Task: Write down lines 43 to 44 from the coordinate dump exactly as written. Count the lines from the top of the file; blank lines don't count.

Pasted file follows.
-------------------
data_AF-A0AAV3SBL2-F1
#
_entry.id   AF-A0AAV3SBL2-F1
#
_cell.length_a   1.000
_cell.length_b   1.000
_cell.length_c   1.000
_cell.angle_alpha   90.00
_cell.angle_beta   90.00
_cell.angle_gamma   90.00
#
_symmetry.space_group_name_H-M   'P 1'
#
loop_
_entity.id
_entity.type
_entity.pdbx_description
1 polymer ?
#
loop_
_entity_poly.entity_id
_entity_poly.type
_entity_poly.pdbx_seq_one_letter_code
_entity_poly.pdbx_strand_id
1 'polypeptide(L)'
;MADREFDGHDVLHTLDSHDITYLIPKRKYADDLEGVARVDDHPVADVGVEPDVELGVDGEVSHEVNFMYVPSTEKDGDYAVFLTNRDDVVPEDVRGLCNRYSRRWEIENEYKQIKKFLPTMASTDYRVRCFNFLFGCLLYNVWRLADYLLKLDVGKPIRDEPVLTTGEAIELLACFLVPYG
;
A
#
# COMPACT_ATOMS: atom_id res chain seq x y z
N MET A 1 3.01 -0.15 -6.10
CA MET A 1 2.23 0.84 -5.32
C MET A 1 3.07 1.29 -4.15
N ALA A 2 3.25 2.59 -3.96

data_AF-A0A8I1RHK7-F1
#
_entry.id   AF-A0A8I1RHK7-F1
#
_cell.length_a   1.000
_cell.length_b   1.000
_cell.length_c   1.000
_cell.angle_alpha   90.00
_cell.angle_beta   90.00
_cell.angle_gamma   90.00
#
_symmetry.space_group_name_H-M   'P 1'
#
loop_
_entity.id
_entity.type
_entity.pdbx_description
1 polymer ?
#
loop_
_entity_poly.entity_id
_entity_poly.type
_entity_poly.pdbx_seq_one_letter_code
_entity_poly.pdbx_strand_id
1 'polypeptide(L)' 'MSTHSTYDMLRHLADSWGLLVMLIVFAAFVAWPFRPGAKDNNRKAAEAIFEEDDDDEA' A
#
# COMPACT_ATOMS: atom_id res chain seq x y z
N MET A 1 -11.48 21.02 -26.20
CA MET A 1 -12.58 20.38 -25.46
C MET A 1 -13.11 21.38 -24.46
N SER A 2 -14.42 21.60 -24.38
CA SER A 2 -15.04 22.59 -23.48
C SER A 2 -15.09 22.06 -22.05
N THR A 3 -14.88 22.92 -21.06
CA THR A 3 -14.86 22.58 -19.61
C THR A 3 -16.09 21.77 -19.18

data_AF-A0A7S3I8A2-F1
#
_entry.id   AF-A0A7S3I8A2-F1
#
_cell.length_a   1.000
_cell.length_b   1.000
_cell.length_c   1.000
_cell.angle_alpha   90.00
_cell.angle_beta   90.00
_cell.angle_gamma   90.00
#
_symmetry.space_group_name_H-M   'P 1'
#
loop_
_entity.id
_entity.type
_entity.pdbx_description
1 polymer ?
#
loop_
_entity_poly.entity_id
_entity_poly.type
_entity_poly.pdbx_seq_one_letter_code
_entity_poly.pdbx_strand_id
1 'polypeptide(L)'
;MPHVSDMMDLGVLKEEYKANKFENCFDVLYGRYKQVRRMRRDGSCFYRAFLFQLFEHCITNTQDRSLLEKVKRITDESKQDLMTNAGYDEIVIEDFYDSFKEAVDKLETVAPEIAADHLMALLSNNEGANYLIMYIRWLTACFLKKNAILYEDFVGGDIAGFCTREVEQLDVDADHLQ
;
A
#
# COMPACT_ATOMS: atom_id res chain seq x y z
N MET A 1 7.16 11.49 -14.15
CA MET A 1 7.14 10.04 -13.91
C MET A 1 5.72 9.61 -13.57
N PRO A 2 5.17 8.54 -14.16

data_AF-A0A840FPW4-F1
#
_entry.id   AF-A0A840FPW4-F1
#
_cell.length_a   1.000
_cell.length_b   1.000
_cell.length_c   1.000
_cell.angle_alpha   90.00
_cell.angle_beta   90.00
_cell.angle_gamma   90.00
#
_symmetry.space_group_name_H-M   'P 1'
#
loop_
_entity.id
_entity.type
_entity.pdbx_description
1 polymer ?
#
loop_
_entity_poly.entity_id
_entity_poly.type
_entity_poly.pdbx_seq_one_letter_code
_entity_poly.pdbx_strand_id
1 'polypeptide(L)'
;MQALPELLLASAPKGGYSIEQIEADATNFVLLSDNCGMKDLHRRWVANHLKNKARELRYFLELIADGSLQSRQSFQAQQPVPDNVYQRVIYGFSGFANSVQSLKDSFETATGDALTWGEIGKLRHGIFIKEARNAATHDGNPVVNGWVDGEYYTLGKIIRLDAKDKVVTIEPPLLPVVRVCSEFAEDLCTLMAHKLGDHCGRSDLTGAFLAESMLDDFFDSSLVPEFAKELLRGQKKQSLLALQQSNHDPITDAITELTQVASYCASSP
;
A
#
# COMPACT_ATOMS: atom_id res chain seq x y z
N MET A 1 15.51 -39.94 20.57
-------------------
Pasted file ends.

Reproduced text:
_cell.angle_beta   90.00
_cell.angle_gamma   90.00